The changes in the Prime Minister’s Office after the 1972 election were dramatic. Politically astute people could find work there. And there was a ‘Chinese Wall’ created between the Privy Council Office and the PMO that had not been observed between ’68 and ’72. (It is something Michael Wernick, current Secretary of the Privy Council, should make an effort to maintain.)

I always admired Pierre Trudeau for admitting his mistakes from 1968 to 1972. He brought about a sea change in Canadian politics and it was not just “fuddle-duddle.”

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Copyright 2019 © Peter Lowry

Complaints, comments, criticisms and compliments can be sent to  peter@lowry.me

Watering the wine of Canadian politics.

Monday, March 11th, 2019

Canadians deserve better. We are promised much but so little is delivered. Prime minister Justin Trudeau promised doctor assisted suicide to relieve people the pains of protracted death and all Canadians got was some comfort for the rich. He promised voting reform but had never thought it through. He has talked about the middle class only because most Canadians think of themselves as middle class. He goes where the votes are.

But you cannot declare yourself a feminist and show yourself to be impatient with the women who work with you. You cannot promise to protect the environment and then push pipelines for the highly polluting tar sands bitumen.

It is surprising that there are not more liberals across Canada wondering where the Justin’s liberalism went. The steadiest hand in the federal cabinet is that conservative Goodale from Saskatchewan. The finance minister is an elitist neoliberal from Toronto’s upper crust. The foreign affairs minister is a reporter. Reporters are people who write stories about what is happening; foreign affairs ministers have to solve problems with diplomacy.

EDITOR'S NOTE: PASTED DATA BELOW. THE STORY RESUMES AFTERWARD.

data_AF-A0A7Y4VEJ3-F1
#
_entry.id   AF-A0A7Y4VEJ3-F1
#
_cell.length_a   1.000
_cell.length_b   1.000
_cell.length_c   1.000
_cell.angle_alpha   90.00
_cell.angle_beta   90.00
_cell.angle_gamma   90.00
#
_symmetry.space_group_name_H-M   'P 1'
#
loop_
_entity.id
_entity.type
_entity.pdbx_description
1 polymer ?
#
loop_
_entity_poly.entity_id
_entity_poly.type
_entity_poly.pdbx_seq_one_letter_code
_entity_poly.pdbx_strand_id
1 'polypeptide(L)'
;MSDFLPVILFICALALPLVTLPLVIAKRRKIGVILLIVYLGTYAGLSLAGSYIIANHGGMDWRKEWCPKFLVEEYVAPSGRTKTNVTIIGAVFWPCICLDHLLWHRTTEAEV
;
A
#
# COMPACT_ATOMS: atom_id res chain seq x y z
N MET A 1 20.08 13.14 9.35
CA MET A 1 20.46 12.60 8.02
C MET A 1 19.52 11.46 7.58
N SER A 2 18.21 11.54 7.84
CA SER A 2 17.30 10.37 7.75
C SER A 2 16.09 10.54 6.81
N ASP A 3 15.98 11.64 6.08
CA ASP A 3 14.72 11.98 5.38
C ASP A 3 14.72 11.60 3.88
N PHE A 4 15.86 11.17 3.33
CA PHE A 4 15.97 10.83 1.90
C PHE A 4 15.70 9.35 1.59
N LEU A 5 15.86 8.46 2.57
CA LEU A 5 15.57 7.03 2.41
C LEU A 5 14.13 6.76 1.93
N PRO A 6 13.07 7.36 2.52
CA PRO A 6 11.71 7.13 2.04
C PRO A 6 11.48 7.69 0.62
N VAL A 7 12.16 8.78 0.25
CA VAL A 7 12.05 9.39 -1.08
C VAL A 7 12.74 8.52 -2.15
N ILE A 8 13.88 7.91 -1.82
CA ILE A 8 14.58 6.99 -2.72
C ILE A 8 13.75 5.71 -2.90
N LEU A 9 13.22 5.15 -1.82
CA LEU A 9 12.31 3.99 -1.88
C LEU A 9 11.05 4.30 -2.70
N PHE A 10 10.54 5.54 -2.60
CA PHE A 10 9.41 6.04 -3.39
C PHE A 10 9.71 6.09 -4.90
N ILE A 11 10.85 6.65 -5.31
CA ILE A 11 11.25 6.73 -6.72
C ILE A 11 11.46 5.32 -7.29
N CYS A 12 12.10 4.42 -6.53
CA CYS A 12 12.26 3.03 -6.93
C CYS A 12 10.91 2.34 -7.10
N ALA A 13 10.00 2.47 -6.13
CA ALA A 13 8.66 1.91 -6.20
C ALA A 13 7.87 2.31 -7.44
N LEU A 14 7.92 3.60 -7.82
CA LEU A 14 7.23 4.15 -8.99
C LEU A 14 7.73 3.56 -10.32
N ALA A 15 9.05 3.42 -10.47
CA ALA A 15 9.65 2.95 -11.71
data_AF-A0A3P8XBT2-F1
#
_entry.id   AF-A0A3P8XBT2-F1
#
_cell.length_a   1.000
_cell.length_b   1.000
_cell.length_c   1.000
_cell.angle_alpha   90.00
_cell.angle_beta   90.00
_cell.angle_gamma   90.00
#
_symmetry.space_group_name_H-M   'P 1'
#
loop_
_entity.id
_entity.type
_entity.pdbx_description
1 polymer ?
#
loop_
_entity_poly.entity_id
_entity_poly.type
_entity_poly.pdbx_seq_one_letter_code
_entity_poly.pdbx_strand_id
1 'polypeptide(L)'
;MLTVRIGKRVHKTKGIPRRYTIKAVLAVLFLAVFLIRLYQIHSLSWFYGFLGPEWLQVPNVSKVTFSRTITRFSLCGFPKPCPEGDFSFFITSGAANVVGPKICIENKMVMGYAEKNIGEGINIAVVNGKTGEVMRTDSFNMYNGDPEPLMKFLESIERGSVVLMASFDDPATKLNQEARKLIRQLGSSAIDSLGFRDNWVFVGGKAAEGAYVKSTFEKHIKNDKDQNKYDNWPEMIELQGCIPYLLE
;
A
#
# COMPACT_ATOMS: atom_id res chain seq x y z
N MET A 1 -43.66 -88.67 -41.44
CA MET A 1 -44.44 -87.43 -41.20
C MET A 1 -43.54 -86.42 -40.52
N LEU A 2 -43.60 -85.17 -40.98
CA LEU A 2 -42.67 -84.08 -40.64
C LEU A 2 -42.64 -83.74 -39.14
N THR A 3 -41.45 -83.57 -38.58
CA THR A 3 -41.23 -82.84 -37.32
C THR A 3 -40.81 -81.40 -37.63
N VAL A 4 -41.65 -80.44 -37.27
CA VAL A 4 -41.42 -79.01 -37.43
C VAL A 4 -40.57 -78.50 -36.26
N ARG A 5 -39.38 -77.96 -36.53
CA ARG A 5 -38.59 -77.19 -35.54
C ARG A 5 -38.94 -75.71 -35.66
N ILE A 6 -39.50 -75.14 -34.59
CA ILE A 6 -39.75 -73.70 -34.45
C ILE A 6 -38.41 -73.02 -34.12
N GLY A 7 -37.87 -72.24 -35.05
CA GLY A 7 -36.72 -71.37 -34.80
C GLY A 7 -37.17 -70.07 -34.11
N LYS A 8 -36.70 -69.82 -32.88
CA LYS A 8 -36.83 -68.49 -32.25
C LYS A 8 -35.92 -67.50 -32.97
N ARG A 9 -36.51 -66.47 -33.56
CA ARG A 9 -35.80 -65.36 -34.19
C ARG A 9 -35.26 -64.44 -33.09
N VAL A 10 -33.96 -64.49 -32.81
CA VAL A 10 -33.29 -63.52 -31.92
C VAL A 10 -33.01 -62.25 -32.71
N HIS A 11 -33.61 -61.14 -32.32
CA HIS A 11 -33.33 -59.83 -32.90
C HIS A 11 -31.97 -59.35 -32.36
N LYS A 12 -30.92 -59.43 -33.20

And when does she and that pussy of a prime minister get to read the riot act to that jerk in the American White House? Do we let that guy screw around with us because we are such good neighbours? Good neighbours tell their neighbours the truth.

Failing us in Senate reform was one of the problems that brought down the Harper government. Trudeau’s solution is elitist. He has an elite committee that looks for appointments among the elite and then he appoints them as independents to study and approve laws passed by the elected House of Commons.

And when is Justin going to unwrap the Pharmacare plan we have been waiting for? Everything we are hearing about this meager plan has us more and more concerned that it will be just another half step. More water in the wine of liberalism.

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Copyright 2019 © Peter Lowry

Complaints, comments, criticisms and compliments can be sent to  peter@lowry.me